Enhancing the implementation and sustainability of fundamental movement skill interventions in the UK and Ireland: lessons from collective intelligence engagement with stakeholders

Jiani Ma, Michael Hogan, Emma Eyre, Natalie Lander, Lisa Barnett, Michael Duncan

Research output: Contribution to journalArticlepeer-review

2 Citations (Scopus)
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To have population-level impact, physical activity (PA) interventions must be effectively implemented and sustained under real-world conditions. Adequate Fundamental Movement Skills (FMS) is integral to children being able to actively participate in play, games, and sports. Yet, few FMS interventions have been implemented at scale, nor sustained in routine practice, and thus it is important to understand the influences on sustained implementation. The study’s aim was to use Collective Intelligence (CI)—an applied systems science approach—with stakeholder groups to understand barriers to the implementation of FMS interventions, interdependencies between these barriers, and options to overcome the system of barriers identified.

Three CI sessions were conducted with three separate groups of experienced FMS intervention researchers/practitioners (N = 22) in the United Kingdom and Ireland. Participants generated and ranked barriers they perceive most critical in implementing FMS interventions. Each group developed a structural model describing how highly ranked barriers are interrelated in a system. Participants then conducted action mapping to solve the problem based on the logical relations between barriers reflected in the model.

The top ranked barriers (of 76) are those related to policy, physical education curriculum, and stakeholders’ knowledge and appreciation. As reflected in the structural model, these barriers have influences over stakeholders’ efficacy in delivering and evaluating interventions. According to this logical structure, 38 solutions were created as a roadmap to inform policy, practice, and research. Collectively, solutions suggest that efforts in implementation and sustainability need to be coordinated (i.e., building interrelationship with multiple stakeholders), and a policy or local infrastructure that supports these efforts is needed.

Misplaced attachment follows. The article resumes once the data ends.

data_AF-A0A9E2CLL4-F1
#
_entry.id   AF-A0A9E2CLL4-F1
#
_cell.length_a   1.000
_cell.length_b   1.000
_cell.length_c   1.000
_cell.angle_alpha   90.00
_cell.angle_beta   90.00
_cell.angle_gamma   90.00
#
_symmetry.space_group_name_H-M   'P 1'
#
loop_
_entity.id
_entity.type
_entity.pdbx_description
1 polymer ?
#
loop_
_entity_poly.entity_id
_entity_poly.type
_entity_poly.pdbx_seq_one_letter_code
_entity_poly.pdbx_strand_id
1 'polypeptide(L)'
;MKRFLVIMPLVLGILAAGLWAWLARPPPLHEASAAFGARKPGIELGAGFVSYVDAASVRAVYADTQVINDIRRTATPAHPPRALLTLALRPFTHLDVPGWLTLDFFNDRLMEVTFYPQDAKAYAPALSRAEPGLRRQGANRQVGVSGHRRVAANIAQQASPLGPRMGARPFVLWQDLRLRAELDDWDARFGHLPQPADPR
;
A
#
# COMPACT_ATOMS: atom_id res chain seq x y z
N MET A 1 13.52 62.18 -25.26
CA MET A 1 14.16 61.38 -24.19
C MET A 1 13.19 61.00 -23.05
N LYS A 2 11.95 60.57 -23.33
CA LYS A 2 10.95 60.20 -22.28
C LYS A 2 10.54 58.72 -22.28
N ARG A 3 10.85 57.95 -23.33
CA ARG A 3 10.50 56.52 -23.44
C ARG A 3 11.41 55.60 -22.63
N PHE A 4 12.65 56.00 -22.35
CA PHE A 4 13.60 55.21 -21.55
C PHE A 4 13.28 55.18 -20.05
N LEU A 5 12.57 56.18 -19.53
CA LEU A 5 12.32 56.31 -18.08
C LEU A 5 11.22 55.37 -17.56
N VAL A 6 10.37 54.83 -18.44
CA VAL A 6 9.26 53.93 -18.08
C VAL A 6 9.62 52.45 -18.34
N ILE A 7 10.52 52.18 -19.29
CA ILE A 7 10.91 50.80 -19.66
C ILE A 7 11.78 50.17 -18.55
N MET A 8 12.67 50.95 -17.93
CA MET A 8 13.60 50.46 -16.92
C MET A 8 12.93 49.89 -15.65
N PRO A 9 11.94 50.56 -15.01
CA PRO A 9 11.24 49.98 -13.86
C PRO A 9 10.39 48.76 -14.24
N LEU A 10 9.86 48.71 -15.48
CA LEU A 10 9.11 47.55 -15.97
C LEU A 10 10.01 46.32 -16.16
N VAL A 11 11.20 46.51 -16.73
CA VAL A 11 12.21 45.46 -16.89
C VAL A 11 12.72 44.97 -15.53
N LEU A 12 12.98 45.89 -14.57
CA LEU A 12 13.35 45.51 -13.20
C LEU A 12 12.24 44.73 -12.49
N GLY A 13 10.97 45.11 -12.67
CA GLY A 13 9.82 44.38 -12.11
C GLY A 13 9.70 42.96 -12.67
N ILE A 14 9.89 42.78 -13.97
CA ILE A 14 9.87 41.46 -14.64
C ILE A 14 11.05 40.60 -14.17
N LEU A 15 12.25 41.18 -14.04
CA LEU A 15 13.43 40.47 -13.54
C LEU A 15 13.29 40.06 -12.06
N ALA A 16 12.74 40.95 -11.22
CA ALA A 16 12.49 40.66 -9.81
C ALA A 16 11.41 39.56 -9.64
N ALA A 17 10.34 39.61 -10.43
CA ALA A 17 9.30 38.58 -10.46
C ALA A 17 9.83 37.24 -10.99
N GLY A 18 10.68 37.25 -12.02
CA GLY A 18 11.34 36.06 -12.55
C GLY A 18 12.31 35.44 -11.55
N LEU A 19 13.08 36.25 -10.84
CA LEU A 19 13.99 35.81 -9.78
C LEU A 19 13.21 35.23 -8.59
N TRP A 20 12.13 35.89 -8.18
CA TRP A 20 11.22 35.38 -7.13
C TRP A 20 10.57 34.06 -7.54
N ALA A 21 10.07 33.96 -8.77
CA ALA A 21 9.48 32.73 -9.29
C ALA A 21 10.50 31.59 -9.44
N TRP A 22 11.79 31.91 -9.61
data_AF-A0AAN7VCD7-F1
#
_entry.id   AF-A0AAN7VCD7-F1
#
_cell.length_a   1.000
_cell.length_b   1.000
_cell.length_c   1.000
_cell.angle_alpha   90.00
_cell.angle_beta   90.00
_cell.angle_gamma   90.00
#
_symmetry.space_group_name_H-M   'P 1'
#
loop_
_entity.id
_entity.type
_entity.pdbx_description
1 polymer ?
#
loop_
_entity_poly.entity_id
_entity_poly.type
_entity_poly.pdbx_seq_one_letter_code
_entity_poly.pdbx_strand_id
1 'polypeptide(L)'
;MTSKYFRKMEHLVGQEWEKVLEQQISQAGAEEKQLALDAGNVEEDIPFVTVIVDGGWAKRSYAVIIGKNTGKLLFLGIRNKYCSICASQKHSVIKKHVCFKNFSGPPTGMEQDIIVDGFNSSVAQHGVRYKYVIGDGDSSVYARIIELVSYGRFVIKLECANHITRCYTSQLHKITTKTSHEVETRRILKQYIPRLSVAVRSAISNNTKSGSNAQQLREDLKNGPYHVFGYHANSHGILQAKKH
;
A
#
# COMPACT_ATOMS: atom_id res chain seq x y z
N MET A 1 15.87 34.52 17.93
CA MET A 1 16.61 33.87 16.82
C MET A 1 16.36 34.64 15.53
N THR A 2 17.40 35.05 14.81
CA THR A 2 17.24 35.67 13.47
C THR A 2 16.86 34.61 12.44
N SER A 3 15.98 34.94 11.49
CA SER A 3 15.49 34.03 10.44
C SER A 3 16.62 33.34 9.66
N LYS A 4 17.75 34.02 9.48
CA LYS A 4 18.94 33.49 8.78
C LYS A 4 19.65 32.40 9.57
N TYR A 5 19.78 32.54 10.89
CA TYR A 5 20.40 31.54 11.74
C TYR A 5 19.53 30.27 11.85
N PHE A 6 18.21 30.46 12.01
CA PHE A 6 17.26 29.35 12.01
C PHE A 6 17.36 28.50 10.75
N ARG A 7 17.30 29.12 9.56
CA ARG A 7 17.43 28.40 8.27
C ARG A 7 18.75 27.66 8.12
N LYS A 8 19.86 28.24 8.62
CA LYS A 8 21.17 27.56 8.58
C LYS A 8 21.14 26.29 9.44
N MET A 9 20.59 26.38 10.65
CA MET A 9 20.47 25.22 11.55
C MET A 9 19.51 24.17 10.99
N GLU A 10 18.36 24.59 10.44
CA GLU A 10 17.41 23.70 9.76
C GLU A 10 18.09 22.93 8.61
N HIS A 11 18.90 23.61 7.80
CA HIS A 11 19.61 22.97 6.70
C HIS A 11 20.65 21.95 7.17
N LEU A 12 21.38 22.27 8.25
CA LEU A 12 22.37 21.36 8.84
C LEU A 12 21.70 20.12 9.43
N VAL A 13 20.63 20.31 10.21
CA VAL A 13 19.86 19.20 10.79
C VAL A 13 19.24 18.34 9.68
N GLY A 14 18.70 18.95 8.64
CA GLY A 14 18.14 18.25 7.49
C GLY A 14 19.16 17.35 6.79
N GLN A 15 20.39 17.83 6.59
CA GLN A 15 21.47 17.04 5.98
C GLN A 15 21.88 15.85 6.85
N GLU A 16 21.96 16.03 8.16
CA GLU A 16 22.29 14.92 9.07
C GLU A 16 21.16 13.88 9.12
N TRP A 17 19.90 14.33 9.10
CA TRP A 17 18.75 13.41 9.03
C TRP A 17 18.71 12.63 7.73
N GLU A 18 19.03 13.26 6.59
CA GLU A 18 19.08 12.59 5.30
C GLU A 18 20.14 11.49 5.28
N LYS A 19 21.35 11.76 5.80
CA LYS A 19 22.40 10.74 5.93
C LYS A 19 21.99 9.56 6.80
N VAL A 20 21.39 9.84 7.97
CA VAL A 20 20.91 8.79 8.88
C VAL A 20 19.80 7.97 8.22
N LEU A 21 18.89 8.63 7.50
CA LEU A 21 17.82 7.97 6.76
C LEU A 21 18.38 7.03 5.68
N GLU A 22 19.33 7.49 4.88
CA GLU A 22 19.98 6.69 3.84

The current study is the first to describe the complexity of barriers to implementing and sustaining FMS interventions and provide a roadmap of actions that help navigate through the complexity. By directing attention to the ecological context of FMS intervention research and participation, the study provides researchers, policy makers, and practitioners with a framework of critical components and players that need to be considered when designing and operationalising future projects in more systemic and relational terms.
Original languageEnglish
Article number144
Number of pages17
JournalInternational Journal of Behavioral Nutrition and Physical Activity
Publication statusPublished - 3 Nov 2021

Bibliographical note

Open Access This article is licensed under a Creative Commons Attribution 4.0 International License, which permits use, sharing, adaptation, distribution and reproduction in any medium or format, as long as you give appropriate credit to the original author(s) and the source, provide a link to the Creative Commons licence, and indicate if changes were made. The images or other third party material in this article are included in the article’s Creative Commons licence, unless indicated otherwise in a credit line to the material. If material is not included in the article’s Creative Commons licence and your intended use is not permitted by statutory regulation or exceeds the permitted use, you will need to obtain permission directly from the copyright holder. To view a copy of this licence, visit http://creativecommons.org/licenses/by/4.0/. The Creative Commons Public Domain Dedication waiver (http://creativeco
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Funding Information: Jiani Ma is supported by a Cotutelle Doctoral Studentship of Coventry University and Deakin University. The conduct of data collection workshop was supported by Barry Gidden Fund.


  • Adolescent
  • Child
  • Implementation science
  • Motor competence
  • Motor skills
  • Physical activity
  • Physical education
  • Systems science

ASJC Scopus subject areas

  • Medicine (miscellaneous)
  • Physical Therapy, Sports Therapy and Rehabilitation
  • Nutrition and Dietetics


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